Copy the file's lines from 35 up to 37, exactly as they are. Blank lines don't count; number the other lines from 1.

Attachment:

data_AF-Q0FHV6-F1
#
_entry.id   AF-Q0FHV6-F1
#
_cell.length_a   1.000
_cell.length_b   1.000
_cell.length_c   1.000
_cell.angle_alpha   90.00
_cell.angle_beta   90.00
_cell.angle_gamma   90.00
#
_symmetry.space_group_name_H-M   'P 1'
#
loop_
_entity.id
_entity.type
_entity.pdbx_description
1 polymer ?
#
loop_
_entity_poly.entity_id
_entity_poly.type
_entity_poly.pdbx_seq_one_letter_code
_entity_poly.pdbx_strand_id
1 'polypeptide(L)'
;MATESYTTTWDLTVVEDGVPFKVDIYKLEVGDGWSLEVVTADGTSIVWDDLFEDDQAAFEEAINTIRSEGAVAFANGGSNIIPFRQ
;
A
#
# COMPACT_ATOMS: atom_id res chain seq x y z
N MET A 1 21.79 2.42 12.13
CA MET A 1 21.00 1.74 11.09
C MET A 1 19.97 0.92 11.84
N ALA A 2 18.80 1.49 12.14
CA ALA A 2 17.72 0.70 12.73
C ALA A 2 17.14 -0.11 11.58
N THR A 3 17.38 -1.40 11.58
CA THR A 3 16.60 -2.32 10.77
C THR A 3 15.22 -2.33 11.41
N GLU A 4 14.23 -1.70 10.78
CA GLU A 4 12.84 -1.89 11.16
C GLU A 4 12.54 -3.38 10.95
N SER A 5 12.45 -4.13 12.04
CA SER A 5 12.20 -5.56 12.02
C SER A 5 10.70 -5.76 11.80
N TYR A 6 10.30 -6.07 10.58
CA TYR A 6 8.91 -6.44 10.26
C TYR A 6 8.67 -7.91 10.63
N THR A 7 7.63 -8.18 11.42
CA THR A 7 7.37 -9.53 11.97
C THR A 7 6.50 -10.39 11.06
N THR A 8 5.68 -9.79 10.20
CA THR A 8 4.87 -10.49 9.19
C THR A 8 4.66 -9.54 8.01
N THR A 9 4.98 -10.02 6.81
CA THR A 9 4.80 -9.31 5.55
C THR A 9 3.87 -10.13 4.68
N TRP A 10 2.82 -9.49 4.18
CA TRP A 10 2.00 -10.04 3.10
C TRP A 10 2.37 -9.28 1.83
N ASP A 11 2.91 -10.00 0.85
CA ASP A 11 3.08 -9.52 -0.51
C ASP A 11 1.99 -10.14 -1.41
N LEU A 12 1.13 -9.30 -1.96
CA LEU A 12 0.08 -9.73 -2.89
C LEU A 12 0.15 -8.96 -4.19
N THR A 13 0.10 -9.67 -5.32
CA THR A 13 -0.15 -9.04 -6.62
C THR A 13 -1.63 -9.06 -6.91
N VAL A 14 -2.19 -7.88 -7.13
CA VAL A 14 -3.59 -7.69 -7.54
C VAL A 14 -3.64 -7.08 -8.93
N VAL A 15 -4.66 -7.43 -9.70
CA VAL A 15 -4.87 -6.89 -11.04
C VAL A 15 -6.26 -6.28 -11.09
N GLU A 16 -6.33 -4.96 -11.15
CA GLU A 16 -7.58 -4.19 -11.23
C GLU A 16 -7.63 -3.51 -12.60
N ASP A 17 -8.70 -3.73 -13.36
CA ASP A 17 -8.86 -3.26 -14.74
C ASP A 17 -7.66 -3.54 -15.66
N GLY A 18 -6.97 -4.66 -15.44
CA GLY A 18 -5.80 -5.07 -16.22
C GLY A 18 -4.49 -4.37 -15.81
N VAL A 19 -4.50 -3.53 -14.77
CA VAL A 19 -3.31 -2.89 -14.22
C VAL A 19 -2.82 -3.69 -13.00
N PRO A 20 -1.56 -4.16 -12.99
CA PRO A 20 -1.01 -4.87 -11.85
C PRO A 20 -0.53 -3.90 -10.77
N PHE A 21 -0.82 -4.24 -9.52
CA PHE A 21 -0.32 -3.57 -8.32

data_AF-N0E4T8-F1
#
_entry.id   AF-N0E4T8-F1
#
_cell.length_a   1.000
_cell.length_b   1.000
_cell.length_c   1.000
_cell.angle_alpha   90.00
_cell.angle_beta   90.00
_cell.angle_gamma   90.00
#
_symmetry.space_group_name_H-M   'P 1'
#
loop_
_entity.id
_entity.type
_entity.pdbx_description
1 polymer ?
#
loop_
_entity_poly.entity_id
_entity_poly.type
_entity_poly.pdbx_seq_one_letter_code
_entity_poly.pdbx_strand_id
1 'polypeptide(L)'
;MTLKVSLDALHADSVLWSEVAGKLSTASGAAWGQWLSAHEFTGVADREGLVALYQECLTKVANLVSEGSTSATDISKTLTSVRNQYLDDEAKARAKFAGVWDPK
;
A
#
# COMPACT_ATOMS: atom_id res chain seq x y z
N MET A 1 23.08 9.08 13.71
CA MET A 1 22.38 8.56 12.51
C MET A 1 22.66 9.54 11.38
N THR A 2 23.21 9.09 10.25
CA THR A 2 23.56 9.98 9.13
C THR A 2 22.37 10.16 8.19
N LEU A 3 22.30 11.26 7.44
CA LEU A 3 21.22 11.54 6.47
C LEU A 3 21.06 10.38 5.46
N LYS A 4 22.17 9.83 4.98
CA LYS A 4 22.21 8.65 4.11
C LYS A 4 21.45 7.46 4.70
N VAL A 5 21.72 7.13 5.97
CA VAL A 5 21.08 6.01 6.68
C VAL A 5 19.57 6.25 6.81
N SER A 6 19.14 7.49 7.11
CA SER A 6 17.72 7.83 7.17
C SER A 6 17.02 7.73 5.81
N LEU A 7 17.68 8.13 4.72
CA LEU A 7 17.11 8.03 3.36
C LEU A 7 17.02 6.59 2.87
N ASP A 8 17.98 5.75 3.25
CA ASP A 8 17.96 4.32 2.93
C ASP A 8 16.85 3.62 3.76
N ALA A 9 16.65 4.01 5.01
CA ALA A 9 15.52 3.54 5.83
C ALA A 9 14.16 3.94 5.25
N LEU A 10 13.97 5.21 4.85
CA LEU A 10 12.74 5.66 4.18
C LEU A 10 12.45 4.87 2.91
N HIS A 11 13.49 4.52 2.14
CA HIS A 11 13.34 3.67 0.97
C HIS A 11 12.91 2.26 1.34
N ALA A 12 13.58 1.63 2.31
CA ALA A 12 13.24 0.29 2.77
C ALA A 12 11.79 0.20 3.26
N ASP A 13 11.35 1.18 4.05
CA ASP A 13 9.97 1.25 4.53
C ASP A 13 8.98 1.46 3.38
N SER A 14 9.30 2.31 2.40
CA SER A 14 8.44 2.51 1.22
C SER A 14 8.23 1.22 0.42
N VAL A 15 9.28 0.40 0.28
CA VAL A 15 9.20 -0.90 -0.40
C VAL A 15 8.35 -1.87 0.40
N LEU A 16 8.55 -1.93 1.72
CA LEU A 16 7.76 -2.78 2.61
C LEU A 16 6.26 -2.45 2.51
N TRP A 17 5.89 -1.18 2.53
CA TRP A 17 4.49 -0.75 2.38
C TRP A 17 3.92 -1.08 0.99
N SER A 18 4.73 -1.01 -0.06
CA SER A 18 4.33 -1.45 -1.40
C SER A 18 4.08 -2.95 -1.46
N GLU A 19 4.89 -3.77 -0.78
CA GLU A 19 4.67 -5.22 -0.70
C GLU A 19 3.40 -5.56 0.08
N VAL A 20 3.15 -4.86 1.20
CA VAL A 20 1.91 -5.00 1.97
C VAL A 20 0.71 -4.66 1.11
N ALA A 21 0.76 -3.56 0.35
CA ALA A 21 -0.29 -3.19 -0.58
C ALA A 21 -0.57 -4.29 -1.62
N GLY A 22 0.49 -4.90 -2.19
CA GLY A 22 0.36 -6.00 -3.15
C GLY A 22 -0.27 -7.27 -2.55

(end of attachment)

CA ALA A 2 17.72 0.70 12.73
C ALA A 2 17.14 -0.11 11.58
N THR A 3 17.38 -1.40 11.58